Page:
Working with What’s in Front of You
My apologies for the unannounced hiatus from this blog. When I published my last post in September 2011, I intended to take the rest of the year off to complete a project, resuming with new posts in January.
That’s the thing with momentum and inertia. Maintaining a weekly workout routine is one thing; getting started and developing that routine is a different matter. An object in motion tends to stay in motion; an object at rest tends to stay at rest. Thank you, Sir Isaac Newton. You are correct, but the Hindus have known this for thousands of years.
In Hindu philosophy there are three gunas or qualities of consciousness. Tamas represents inertia, darkness, or sloth. Rajas is activity, action or change. Sattva is the principle of purity or goodness.
In tamas, we tend to get stuck, lethargic, listless, and lazy. In rajas, we thrive on activity, motion, and busyness. And in a sattvic state, we are filled with freshness and positivity; are minds are steady and calm.
There’s good reason that we project a value judgment or ranking on these three qualities. In fact, they are generally represented in a hierarchy as in the Bhagavad-Gita. Purity seems to trump activity; activity trumps inertia. But all three gunas are part of life. All three qualities serve a vital function. We aren’t any one quality; in a manner of speaking, we possess all three.
And yet, it seems apparent that we have a tendency to identify with a single quality. Highly active people pride themselves on their rajasic efforts. Tamasic people do as little as possible—the iconic couch potatoes. And sattvic folks, too, can develop a pride in respect to their tranquil ways. Every quality of consciousness has its shadow, its opposite.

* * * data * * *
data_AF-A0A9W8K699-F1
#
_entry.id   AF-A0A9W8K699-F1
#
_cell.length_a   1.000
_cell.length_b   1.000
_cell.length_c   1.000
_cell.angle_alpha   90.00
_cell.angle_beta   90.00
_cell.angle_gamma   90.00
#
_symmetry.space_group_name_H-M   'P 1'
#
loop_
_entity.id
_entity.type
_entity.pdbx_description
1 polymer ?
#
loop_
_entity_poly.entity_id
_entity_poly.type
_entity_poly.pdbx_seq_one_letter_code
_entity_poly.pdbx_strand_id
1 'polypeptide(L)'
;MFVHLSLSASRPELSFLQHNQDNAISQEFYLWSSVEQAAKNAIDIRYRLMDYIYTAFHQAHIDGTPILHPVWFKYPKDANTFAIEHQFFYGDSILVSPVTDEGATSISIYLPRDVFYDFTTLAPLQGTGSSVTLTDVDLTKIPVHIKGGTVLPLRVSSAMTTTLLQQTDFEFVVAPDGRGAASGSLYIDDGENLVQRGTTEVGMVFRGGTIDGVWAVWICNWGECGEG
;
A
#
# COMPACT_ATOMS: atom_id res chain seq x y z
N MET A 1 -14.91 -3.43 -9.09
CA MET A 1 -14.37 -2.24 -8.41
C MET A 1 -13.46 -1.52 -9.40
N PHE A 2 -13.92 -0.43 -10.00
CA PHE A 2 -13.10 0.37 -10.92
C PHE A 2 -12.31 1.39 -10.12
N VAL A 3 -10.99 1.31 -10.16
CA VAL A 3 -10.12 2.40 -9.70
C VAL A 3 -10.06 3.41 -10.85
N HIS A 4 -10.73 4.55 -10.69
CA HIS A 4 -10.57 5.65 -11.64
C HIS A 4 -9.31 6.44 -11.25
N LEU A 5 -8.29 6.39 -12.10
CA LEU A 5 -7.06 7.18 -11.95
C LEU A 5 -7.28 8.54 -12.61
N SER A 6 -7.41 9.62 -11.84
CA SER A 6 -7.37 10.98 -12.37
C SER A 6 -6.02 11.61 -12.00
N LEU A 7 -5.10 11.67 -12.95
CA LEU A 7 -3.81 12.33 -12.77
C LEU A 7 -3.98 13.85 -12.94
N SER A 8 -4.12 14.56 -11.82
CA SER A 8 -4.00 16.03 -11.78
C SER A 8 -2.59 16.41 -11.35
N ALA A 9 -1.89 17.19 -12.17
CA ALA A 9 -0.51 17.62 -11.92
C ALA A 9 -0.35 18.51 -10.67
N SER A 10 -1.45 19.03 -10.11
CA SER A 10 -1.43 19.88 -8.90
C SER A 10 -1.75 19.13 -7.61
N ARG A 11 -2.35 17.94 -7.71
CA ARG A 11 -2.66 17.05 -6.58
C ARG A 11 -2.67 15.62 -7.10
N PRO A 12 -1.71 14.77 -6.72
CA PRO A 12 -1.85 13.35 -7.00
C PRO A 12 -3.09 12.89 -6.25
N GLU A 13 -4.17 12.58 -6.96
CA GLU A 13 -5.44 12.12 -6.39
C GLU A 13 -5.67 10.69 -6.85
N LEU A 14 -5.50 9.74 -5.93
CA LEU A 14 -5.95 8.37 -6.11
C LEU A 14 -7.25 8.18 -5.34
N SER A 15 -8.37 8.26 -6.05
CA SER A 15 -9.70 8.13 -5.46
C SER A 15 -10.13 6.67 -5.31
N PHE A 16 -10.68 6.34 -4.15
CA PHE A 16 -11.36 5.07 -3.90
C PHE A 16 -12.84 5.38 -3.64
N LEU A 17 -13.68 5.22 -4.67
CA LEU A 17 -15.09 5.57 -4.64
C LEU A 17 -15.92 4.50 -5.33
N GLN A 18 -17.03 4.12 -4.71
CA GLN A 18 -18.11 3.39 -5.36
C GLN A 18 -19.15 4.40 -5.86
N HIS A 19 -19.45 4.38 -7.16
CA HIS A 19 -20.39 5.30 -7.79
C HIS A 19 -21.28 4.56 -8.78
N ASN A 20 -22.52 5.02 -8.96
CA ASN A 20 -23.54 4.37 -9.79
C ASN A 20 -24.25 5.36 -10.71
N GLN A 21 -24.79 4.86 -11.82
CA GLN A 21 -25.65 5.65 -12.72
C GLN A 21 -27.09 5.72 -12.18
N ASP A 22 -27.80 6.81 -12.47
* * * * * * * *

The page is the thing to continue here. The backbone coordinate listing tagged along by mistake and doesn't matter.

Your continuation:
Integrating the Three Qualities of Consciousness
Integration requires us to transcend and include. Moving beyond the state of inertia, we include tamas. Transcending rajas to enter a sattvic state, we include rajas.
If we think that one quality of consciousness is better than another—that we should always be active instead of inert, for instance—then we have dissociated from a part of ourselves, for surely all three basic qualities are part of us. Each quality is necessary and vital in its own way.
At times, we desire to be active but we find ourselves in a state of inertia. Our conscious minds want us to push through the inertia to build momentum and energy. But sometimes the state of inertia is exactly where we’re supposed to be.
This tamasic or inert state is associated with darkness, and darkness is associated with the unconscious. The unconscious includes all that exists outside of our conscious awareness (as such, some call the unconscious “God”).
It has been said that the source of our creativity lies in the unconscious, which is why illumination often comes after a period of reverie or mindless wandering. When we’re in a state of constant motion, as most of us in modern life inherently are, it’s difficult to tap into the wellspring of the unconscious. During periods of rest—as in sleep—dreams allow our minds to access this non-rational realm.
There are times when we must push through inertia and times when it’s best to simply ride it out. Knowing how to proceed requires us to learn to stop, to be still, to pay attention, and to listen. Amidst endless distraction and constant busyness we miss the subtle signs the unconscious gives us on how best to proceed.
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